According to a recent study published in Environmental Health Perspectives, particulate matter known as PM 2.5, a common form of air pollution from tailpipe emissions and power plants, increases our risk of dying from heart disease by nearly 10 percent. And this number is only accurate for communities that abide by federal air standards. Can you imagine what the statistic is for the remaining communities? According to the American Lung Association’s 2015 State of the Air report, and as Newsweek points out below, "around 44 percent of people in the United States live in counties that have "unhealthful levels" of either long-term or short-term ozone or particulate matter pollution. This means many, many people in the U.S. are exposed to levels of particulate matter far exceeding the EPA’s limits—and are at a higher-than-normal risk for early death from heart disease or other pollution-related causes." Not only do health professionals have every right to be involved in local and federal discussions on such matters that affect patients and their communities, but we have an obligation to do so.
By Zoë Schlanger I September 16, 2015
Air pollution is a killer. And right now, the U.S. government’s standards for acceptable air pollution exposure permit enough of it to significantly increase one’s risk of early death, especially from heart disease, according to the results of a large study released Tuesday.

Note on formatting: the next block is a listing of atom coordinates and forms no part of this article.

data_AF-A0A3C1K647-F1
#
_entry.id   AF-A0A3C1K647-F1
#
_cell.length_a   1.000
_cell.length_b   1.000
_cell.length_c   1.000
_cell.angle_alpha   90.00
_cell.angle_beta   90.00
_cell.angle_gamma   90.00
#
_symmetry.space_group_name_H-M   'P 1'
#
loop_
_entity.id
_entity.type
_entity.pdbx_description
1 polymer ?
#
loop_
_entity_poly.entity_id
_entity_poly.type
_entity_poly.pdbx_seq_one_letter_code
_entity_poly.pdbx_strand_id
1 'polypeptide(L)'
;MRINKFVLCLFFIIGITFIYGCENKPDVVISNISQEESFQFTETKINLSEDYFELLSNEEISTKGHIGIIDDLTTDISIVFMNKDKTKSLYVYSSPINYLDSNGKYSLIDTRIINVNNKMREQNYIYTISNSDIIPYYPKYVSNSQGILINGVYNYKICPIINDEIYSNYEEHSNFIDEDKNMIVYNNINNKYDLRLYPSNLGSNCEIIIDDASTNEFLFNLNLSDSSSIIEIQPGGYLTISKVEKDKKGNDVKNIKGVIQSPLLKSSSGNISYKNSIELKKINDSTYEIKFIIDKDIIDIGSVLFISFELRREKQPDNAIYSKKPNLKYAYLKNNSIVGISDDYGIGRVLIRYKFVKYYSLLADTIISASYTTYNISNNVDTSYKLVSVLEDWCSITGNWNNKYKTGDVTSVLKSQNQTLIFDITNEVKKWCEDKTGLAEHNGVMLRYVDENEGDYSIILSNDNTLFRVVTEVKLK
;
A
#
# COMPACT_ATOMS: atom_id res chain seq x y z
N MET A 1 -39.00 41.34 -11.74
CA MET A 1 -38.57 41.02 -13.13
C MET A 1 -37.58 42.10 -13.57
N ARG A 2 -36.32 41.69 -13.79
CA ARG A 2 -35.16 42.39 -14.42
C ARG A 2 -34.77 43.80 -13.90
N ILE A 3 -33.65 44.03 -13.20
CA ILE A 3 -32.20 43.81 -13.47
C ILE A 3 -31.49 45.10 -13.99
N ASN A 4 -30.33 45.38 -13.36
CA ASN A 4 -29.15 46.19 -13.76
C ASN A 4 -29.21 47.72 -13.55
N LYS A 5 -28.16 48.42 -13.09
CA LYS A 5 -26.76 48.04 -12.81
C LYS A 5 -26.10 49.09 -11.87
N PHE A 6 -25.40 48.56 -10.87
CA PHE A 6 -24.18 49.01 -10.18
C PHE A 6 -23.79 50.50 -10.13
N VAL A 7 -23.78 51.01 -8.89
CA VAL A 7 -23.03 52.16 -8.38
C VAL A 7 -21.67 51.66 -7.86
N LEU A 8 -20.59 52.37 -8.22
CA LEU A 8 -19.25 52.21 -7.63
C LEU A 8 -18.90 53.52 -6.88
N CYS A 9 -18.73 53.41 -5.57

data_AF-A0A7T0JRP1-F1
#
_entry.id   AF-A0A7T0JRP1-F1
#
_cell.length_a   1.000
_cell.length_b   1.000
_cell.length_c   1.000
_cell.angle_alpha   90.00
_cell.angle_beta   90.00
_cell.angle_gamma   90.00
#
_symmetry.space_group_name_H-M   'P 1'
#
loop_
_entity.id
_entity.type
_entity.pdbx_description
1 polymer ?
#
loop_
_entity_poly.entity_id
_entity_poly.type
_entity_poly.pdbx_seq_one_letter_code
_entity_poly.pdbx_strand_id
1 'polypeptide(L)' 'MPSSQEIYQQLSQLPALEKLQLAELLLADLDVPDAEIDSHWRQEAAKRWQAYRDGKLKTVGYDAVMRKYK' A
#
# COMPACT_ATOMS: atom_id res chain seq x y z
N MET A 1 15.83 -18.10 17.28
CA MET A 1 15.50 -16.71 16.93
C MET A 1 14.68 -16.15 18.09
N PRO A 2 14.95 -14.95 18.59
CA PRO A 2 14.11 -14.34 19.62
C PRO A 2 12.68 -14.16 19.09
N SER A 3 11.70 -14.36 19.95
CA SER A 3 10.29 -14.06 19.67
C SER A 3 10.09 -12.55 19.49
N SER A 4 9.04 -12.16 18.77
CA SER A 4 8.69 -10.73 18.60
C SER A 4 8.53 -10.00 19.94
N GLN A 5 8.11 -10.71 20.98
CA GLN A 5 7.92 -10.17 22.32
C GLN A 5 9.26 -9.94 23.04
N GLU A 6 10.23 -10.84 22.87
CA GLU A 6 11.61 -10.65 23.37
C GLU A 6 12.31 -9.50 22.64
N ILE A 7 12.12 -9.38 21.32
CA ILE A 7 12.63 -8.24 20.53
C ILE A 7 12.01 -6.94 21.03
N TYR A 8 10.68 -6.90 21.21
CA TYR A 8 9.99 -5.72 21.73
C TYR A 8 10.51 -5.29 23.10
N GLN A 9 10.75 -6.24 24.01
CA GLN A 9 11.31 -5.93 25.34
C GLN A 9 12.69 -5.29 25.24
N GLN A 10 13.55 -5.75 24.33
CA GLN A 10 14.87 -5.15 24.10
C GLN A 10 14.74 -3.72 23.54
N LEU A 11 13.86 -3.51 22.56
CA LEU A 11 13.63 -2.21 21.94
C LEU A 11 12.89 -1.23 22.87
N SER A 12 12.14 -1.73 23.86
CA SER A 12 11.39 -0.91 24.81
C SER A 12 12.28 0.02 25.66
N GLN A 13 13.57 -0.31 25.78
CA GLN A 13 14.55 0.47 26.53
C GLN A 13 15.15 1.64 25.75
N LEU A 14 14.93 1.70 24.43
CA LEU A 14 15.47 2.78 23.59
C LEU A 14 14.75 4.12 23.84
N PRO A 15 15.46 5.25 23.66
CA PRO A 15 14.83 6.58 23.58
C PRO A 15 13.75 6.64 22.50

The study, published in Environmental Health Perspectives, found that chronic exposure to 10 micrograms per cubic meter of particulate matter known as PM 2.5—one of the most ubiquitous forms of air pollution—increases the likelihood that a person will die an early death by roughly 3 percent, after controlling for all other causes. What’s more, that level of exposure increases the risk that a person will die of heart disease by roughly 10 percent.
But the U.S. Environmental Protection Agency permits annual exposure of up to 12 micrograms per cubic meter of PM 2.5—pollution particles that spew from car tailpipes, power plants and just about every other source that burns fuel, as well from any crushing or grinding operation that produces dust. With a diameter smaller than 2.5 microns (a micron is one-millionth of a meter; 2.5 of them is about one-thirtieth of the width of a human hair), these particles are so small that they can penetrate deep into the lungs. The EPA has linked exposure to them to early death, cardiovascular diseases and a range of respiratory illnesses.
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